GRI Conference - 27 May - Agyemang - NGO Accountability
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GRI Conference - 27 May - Agyemang - NGO Accountability

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GRI Conference - 27 May - Agyemang - NGO Accountability GRI Conference - 27 May - Agyemang - NGO Accountability Presentation Transcript

  • Dr Gloria Agyemang Royal Holloway School of Management Presentation for Academic Conference Session – NGO Accountability at The GRI Amsterdam Global Conference on Sustainability &Transparency Thursday 27 May 2010
  • NGO Accountability and Knowledge Sharing for Sustainability in Less Developed Economies
    • Research in 2007 /8 on effectiveness of NGO accountability mechanisms in range of NGOs in Ghana
    • Engagement with NGOs fieldworkers
    • Perceptions about the effectiveness of
      • Upward accountability reports to donors and funders
      • Participatory downward accountability methods used with beneficiaries
  • Reporting upwards and knowledge sharing
    • What do the reports contain?
    • Do upward accountability mechanisms offer opportunity for sharing knowledge?
    • Sharing knowledge is important
      • For organisational learning
      • For sustainable development
  • What is knowledge sharing?
    • Guiding someone through your thinking
    • Using your insights to help another person to see the situation better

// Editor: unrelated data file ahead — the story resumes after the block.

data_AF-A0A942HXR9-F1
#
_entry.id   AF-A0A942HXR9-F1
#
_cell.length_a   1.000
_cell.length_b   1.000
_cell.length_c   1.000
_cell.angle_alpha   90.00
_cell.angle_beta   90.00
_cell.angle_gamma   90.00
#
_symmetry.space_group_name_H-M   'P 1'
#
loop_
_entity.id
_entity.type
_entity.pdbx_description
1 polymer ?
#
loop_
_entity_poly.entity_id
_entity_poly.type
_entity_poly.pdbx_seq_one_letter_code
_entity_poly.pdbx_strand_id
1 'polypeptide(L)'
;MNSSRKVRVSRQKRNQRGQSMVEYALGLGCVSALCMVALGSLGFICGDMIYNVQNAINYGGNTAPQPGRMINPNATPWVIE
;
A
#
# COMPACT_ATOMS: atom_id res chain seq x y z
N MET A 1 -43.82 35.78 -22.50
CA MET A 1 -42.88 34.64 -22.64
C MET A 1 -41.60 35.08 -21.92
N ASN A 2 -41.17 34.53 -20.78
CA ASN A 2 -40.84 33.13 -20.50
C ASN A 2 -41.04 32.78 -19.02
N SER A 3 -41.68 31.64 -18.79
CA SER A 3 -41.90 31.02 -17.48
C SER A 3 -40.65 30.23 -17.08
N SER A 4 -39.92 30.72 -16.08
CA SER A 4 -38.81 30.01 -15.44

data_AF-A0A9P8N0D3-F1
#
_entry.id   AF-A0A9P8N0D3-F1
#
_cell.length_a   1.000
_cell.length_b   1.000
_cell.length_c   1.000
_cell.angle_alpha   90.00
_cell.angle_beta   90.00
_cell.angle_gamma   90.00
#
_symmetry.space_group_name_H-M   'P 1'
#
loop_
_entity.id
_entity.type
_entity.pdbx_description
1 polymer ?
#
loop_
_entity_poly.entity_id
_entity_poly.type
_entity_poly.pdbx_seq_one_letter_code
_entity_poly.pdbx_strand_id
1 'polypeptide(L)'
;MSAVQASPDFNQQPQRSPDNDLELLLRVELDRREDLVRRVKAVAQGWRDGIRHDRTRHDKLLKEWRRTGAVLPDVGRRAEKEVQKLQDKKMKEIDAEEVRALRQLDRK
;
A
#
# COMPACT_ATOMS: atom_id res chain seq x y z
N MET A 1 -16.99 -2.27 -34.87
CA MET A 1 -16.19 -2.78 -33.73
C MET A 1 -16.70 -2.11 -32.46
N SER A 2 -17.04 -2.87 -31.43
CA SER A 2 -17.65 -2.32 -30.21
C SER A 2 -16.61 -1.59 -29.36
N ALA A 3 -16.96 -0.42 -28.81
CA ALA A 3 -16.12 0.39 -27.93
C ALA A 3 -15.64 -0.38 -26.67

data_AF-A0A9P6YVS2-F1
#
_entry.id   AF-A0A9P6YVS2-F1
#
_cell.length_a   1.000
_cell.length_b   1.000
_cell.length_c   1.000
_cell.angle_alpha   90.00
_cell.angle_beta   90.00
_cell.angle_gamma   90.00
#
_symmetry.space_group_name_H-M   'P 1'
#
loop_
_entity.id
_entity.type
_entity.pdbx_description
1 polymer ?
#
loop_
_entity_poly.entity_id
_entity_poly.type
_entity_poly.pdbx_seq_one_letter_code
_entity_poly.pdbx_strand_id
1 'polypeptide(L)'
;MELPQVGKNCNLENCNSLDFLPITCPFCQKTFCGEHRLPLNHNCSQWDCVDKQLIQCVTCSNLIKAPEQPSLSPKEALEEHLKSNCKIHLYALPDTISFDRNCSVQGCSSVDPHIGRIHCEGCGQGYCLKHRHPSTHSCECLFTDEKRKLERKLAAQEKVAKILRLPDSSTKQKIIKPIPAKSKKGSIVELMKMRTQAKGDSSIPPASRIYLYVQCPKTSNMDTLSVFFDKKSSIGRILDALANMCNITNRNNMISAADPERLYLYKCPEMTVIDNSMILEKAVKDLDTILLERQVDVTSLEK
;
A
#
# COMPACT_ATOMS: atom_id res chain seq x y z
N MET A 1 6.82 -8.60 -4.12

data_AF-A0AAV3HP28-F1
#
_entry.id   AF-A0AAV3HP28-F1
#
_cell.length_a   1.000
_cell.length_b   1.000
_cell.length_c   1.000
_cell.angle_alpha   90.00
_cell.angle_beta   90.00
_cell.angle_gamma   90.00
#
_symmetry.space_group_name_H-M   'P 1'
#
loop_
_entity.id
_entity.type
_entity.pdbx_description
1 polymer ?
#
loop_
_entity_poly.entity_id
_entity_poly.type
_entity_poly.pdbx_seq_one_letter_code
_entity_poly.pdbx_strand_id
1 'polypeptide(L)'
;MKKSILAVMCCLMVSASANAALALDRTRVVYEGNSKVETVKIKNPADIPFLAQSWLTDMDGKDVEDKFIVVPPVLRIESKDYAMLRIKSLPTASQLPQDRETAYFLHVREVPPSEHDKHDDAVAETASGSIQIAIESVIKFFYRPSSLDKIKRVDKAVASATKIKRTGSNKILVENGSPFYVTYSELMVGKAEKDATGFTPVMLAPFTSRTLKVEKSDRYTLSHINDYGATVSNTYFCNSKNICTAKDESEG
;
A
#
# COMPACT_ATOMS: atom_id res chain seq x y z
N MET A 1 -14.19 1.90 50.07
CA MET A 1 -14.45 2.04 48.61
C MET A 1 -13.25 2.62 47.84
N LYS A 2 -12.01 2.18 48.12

• Explicit knowledge and Tacit knowledge
    • Internal and external factors impact on the sharing of knowledge
  • Upward accountability mechanisms
  • Do upward accountability mechanism enable knowledge to be shared?
    • Reports focus on
      • Project objectives
      • Project funds
      • Project activities
    • Fieldworkers synthesis of knowledge
      • “ standardised common understanding”
      • Formality of reports enabled knowledge sharing
      • Reporting templates
    • Operational knowledge was shared
      • Explicit knowledge
  • Sharing knowledge about performance
    • Accountability mechanisms for performance evaluation not enabling
      • Context is important
      • Insufficient capture about context
      • Sense making and interpretation important to understanding
      • Tacit knowledge
  • Examples of non-knowledge sharing
      • Where is appropriate location of projects
      • Appropriateness of technology
      • Issues about education and training of beneficiaries
      • Timing of projects
      • Why projects fail
    • Situational knowledge
      • Drivers of sustainable development
      • Intangible success factors
  • Why is situational knowledge not shared by NGO fieldworkers?
    • Fear of loss of funding
    • Importance of fieldworker work being recognised as valuable
    • Perceptions about lack of donor interest
      • Qualitative information
      • Not sure what follow on actions ensued
      • Quantitative information preferred
    • Lack of skills on part of fieldworkers
      • Might need training
  • The nature of the accountability mechanisms
    • Standard templates lead to
      • Compliance ?
    • And not to
      • Discursive critique?
  • Concluding remarks
    • To facilitate knowledge sharing that enables sustainable development it is necessary to reconsider the “how” question with respect to accountability.
      • How will information be used?
      • How is information gathered?
      • How will feedback be provided to fieldworkers to show that their work has had an impact?
      • How will fieldworkers be supported in their work?